*This is a sponsored post.
It’s that time of year… The weather is changing… Kids are in school… Germs are being shared… Kids are getting sick. While there are certainly measures we can take to prevent these infections, sometimes they are just inevitable. While it isn’t a picnic for any kid (or parent) when they are sick, it can be that much more difficult for the picky eater or problem feeder that needs to take medicine. These kids carefully control EVERYTHING that goes into their mouth, and telling them that they need medicine often isn’t enough to make them concede.
I know, personally and professionally, how big of a stressor this situation can be for families, which is why I’m thrilled to announce Maty’s Healthy Products as our wonderful sponsor for this much-needed post. Maty’s offers a variety of health care products for the whole family. Everything from baby ointment to acid reducer, but the best part is that all of their ingredients are 100% natural! You won’t find any chemicals, pesticides, or mystery ingredients in Maty’s products. Maty’s also knows how important it can be to give your child (as young as one) some safe and natural cough syrup when they need some relief. They shared both their cough syrup and vapor rub for me to use with my family and I couldn’t be happier with the quality and effectiveness of the products. You can see a pic below of the ingredients in the products I tried in my own home.
Tips for Giving Medicine to Picky Eaters
1. Give them a choice
Giving kids choices lets them feel like they have some control over the situation. They may really need that sense of control when presented with taking a medicine they “know” they need to take, but physically can’t stomach it. Offer choices that don’t really matter to you, like, “Do you want to take your medicine in this chair or sitting on my lap?” or “Do you want to take it all at once or in little pieces?”
2. Change it up
Changing how you present the medicine may make a big difference, and you can combine this with the first strategy. For instance, if it is a liquid, you can offer to have them take it in a little cup, from a spoon, or with a syringe. The syringe can be really helpful because it bypasses many of the taste buds and sensory receptors on the tongue.
3. Get Creative
Mix the medicine in something else, but don’t try to hide it because they’ll taste it and refuse to have more. Again, you can combine the first strategy here and offer two choices. “Do you want this mixed in applesauce or a milkshake?” Or, “Would you rather have the pill wrapped in peanut butter or cheese?” Also, some medicines can be frozen into cubes and licked like a Popsicle. Or, like Maty’s Cough Syrup, you can heat it up a little and put in some warm apple cider or pour over ice cream. Try not to make the quantity of what they are trying to eat too large because if they aren’t feeling good it may be too much for them to eat and you won’t be able to measure how much of the medicine they’ve consumed.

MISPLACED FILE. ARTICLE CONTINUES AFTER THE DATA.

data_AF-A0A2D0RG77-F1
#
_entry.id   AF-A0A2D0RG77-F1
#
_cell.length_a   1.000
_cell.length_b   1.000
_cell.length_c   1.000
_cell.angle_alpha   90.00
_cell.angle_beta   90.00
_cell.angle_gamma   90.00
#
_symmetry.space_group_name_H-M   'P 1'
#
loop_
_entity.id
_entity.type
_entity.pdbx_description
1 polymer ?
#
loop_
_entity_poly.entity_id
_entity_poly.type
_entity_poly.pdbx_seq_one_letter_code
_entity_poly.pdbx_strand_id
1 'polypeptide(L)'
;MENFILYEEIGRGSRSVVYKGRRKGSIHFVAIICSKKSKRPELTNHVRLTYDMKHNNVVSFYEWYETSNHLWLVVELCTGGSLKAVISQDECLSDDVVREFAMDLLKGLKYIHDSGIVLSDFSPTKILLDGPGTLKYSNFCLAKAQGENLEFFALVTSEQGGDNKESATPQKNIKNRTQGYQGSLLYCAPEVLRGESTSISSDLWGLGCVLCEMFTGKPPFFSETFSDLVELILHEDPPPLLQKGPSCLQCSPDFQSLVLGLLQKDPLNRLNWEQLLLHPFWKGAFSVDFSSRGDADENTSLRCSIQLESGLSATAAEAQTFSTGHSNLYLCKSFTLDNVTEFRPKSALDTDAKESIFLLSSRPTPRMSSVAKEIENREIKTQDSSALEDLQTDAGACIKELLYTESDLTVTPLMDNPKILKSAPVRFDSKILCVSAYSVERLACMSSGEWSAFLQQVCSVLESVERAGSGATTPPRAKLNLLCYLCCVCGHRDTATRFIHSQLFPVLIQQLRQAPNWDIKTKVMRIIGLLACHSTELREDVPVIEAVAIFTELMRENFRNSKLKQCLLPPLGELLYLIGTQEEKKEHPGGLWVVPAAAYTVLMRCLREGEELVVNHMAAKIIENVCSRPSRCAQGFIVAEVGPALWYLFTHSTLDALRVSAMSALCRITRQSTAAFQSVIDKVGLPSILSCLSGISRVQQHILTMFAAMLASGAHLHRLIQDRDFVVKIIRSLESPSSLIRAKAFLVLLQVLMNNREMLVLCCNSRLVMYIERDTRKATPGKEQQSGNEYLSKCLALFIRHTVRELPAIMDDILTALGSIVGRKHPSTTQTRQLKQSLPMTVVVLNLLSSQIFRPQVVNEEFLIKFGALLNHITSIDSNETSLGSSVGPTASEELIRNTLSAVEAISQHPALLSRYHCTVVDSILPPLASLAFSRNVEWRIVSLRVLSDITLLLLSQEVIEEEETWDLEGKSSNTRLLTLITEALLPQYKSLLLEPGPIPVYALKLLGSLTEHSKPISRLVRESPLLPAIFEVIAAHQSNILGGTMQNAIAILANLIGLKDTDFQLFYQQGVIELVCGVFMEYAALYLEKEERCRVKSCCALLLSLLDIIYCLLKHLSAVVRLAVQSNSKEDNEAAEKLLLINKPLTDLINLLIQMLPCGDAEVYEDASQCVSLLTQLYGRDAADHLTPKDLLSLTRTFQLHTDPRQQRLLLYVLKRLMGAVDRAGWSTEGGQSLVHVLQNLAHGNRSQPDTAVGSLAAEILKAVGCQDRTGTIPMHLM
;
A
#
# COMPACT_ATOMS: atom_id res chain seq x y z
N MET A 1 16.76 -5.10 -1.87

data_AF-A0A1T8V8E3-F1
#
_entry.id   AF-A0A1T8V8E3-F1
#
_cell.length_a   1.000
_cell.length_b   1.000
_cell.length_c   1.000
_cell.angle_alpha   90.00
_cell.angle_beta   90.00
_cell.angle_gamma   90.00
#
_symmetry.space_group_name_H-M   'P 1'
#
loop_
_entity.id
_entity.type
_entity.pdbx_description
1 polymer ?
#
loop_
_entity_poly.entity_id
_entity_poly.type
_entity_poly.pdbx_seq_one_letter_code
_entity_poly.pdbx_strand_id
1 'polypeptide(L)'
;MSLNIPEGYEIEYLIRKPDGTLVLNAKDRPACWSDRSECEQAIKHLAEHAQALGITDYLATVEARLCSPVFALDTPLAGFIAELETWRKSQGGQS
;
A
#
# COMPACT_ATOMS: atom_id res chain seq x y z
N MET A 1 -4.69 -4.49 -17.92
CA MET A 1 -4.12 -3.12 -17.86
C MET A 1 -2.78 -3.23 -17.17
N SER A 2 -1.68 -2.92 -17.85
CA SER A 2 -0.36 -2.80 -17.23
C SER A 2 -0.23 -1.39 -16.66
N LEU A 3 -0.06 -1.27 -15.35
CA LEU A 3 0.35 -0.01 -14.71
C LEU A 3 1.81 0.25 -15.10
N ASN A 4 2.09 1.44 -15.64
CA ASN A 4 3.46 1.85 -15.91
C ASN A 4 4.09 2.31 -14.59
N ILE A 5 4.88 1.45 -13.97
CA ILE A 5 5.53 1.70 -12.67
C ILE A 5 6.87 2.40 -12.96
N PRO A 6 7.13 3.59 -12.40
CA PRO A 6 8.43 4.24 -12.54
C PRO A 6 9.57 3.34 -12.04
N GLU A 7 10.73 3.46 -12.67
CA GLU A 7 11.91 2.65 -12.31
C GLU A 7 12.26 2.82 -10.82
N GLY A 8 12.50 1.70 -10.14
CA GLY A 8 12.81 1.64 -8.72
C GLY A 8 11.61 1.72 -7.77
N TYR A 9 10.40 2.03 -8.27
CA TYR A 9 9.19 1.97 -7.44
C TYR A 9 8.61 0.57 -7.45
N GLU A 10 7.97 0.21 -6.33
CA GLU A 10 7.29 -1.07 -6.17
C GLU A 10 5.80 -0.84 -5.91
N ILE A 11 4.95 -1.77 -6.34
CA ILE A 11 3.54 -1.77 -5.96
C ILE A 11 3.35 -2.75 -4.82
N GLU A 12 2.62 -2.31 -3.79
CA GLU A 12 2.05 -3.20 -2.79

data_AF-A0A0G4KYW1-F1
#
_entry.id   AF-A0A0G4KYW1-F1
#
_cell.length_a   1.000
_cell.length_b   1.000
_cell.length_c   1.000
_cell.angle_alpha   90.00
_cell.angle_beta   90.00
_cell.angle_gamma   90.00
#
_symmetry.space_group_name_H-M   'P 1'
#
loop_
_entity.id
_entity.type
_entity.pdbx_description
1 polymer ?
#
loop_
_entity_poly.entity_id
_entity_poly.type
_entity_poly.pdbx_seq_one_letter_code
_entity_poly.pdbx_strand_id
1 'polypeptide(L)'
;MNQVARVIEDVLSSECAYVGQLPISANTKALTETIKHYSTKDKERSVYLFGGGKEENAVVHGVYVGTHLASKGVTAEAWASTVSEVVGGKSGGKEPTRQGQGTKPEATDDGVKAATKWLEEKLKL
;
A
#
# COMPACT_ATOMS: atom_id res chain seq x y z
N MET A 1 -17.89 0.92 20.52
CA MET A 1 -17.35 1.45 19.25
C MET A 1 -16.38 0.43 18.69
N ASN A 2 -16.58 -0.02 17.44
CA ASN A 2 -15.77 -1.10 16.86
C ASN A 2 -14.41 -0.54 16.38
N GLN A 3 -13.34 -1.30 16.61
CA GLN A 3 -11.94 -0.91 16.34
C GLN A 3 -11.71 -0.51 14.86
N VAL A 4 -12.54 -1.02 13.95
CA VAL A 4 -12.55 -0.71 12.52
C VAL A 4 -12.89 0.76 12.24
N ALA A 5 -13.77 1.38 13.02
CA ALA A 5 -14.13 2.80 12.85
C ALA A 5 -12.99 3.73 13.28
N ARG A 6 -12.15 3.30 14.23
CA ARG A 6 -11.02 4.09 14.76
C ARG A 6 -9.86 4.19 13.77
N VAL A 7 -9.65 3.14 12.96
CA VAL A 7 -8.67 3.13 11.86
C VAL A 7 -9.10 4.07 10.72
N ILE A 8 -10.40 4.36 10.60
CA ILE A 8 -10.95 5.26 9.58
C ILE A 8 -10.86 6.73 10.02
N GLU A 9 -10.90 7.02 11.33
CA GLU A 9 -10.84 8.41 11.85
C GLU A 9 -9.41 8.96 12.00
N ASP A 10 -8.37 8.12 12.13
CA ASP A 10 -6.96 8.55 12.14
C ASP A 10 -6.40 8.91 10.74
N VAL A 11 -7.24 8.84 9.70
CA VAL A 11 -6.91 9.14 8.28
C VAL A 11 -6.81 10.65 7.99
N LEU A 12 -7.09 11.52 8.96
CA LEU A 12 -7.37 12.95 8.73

4. Catch Them Off Guard
This won’t work all the time, but sometimes if the moment is right you can catch them when they are busy or caught off guard. Maybe they just pulled out a book they want you to read or some art supplies? Or, maybe you are getting ready to leave the house? Right before you get started or walk out the door, have the medicine ready, put it right in front of them, and say something like, “Oh, here, take your medicine real quick and then we can get started.” This works because there isn’t a lot of time for anxiety or pressure to mount.
5. Set a Timer
If your child is having a hard time taking the medicine in a reasonable amount of time, make a game out of it by setting a timer. You can join in the game by also drinking something silly – maybe some juice with an usual seasoning mixed in? This should be fun and not turn into a high pressure game. If your child is feeling really sick, they may not be up for performing under these parameters, but for other kids it can be really motivating and take their mind of eating/drinking the medicine.
6. Use a Chaser
Have a drink and/or snack ready that your child prefers. Again, you can let them choose what the food or drink is. This is particularly helpful if your child seems to be having a hard time with the texture or taste. If they take a small sip and are wincing or gagging then quickly give them the food or drink they have chosen to help them wash away the taste of the medicine. Also, if it is a chew-able medicine encourage them to take bites from their back teeth, this way they miss their tongue where all of the taste buds are.
If all else fails, you may need to resort to rewards and distraction by way of TV/tablet. But, I would thoroughly exhaust all the options before moving to those strategies. If the situation is getting very stressful for either you or your child, I would recommend talking to your doctor about other alternatives and modes of delivery. For instance, sometimes a shot is an option.
If your looking for more help for your picky eater and lots more information on kids and food, be sure to sign up for my email subscription (see the sidebar or end of the post). Also, don’t forget to stop over to Maty’s and check out all their awesome products!